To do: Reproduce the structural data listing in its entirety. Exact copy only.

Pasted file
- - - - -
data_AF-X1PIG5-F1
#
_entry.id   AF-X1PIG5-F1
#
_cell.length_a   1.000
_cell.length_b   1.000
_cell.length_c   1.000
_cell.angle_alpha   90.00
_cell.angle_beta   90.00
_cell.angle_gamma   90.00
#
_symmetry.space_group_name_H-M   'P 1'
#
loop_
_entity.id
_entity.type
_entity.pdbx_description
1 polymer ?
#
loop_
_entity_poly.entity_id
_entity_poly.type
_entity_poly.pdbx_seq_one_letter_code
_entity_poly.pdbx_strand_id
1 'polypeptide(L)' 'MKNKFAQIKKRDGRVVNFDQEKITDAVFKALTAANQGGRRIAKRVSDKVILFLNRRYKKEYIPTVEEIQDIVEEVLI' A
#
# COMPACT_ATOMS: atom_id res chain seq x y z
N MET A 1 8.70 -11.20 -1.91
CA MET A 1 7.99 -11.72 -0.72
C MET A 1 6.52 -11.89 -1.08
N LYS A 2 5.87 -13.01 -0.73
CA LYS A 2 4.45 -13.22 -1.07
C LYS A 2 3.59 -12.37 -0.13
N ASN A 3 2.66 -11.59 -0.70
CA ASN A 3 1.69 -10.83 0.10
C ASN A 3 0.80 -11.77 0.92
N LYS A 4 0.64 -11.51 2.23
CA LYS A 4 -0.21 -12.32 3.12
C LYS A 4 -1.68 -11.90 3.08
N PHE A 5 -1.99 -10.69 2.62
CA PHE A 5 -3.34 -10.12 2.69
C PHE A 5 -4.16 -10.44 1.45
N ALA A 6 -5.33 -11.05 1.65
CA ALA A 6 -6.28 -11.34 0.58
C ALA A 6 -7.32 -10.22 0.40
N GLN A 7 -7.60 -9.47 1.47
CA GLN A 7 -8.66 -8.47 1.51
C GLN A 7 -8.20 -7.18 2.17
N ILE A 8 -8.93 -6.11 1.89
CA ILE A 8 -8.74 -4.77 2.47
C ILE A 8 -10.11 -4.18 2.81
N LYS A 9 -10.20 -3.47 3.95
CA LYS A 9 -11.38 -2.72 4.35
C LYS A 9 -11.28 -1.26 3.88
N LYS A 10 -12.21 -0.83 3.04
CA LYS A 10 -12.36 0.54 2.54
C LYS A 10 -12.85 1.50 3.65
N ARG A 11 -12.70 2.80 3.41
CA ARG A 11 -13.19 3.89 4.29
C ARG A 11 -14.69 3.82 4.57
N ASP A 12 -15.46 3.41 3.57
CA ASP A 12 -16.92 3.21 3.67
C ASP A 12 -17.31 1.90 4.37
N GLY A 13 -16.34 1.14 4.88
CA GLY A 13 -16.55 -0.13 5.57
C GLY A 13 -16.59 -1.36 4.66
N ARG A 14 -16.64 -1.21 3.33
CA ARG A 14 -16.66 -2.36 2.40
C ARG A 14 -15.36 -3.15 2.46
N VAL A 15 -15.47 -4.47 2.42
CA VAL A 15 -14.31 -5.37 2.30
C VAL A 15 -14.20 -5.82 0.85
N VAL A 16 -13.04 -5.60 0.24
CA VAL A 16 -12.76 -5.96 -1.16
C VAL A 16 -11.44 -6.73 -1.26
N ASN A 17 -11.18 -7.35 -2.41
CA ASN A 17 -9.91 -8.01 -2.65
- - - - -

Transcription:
data_AF-X1PIG5-F1
#
_entry.id   AF-X1PIG5-F1
#
_cell.length_a   1.000
_cell.length_b   1.000
_cell.length_c   1.000
_cell.angle_alpha   90.00
_cell.angle_beta   90.00
_cell.angle_gamma   90.00
#
_symmetry.space_group_name_H-M   'P 1'
#
loop_
_entity.id
_entity.type
_entity.pdbx_description
1 polymer ?
#
loop_
_entity_poly.entity_id
_entity_poly.type
_entity_poly.pdbx_seq_one_letter_code
_entity_poly.pdbx_strand_id
1 'polypeptide(L)' 'MKNKFAQIKKRDGRVVNFDQEKITDAVFKALTAANQGGRRIAKRVSDKVILFLNRRYKKEYIPTVEEIQDIVEEVLI' A
#
# COMPACT_ATOMS: atom_id res chain seq x y z
N MET A 1 8.70 -11.20 -1.91
CA MET A 1 7.99 -11.72 -0.72
C MET A 1 6.52 -11.89 -1.08
N LYS A 2 5.87 -13.01 -0.73
CA LYS A 2 4.45 -13.22 -1.07
C LYS A 2 3.59 -12.37 -0.13
N ASN A 3 2.66 -11.59 -0.70
CA ASN A 3 1.69 -10.83 0.10
C ASN A 3 0.80 -11.77 0.92
N LYS A 4 0.64 -11.51 2.23
CA LYS A 4 -0.21 -12.32 3.12
C LYS A 4 -1.68 -11.90 3.08
N PHE A 5 -1.99 -10.69 2.62
CA PHE A 5 -3.34 -10.12 2.69
C PHE A 5 -4.16 -10.44 1.45
N ALA A 6 -5.33 -11.05 1.65
CA ALA A 6 -6.28 -11.34 0.58
C ALA A 6 -7.32 -10.22 0.40
N GLN A 7 -7.60 -9.47 1.47
CA GLN A 7 -8.66 -8.47 1.51
C GLN A 7 -8.20 -7.18 2.17
N ILE A 8 -8.93 -6.11 1.89
CA ILE A 8 -8.74 -4.77 2.47
C ILE A 8 -10.11 -4.18 2.81
N LYS A 9 -10.20 -3.47 3.95
CA LYS A 9 -11.38 -2.72 4.35
C LYS A 9 -11.28 -1.26 3.88
N LYS A 10 -12.21 -0.83 3.04
CA LYS A 10 -12.36 0.54 2.54
C LYS A 10 -12.85 1.50 3.65
N ARG A 11 -12.70 2.80 3.41
CA ARG A 11 -13.19 3.89 4.29
C ARG A 11 -14.69 3.82 4.57
N ASP A 12 -15.46 3.41 3.57
CA ASP A 12 -16.92 3.21 3.67
C ASP A 12 -17.31 1.90 4.37
N GLY A 13 -16.34 1.14 4.88
CA GLY A 13 -16.55 -0.13 5.57
C GLY A 13 -16.59 -1.36 4.66
N ARG A 14 -16.64 -1.21 3.33
CA ARG A 14 -16.66 -2.36 2.40
C ARG A 14 -15.36 -3.15 2.46
N VAL A 15 -15.47 -4.47 2.42
CA VAL A 15 -14.31 -5.37 2.30
C VAL A 15 -14.20 -5.82 0.85
N VAL A 16 -13.04 -5.60 0.24
CA VAL A 16 -12.76 -5.96 -1.16
C VAL A 16 -11.44 -6.73 -1.26
N ASN A 17 -11.18 -7.35 -2.41
CA ASN A 17 -9.91 -8.01 -2.65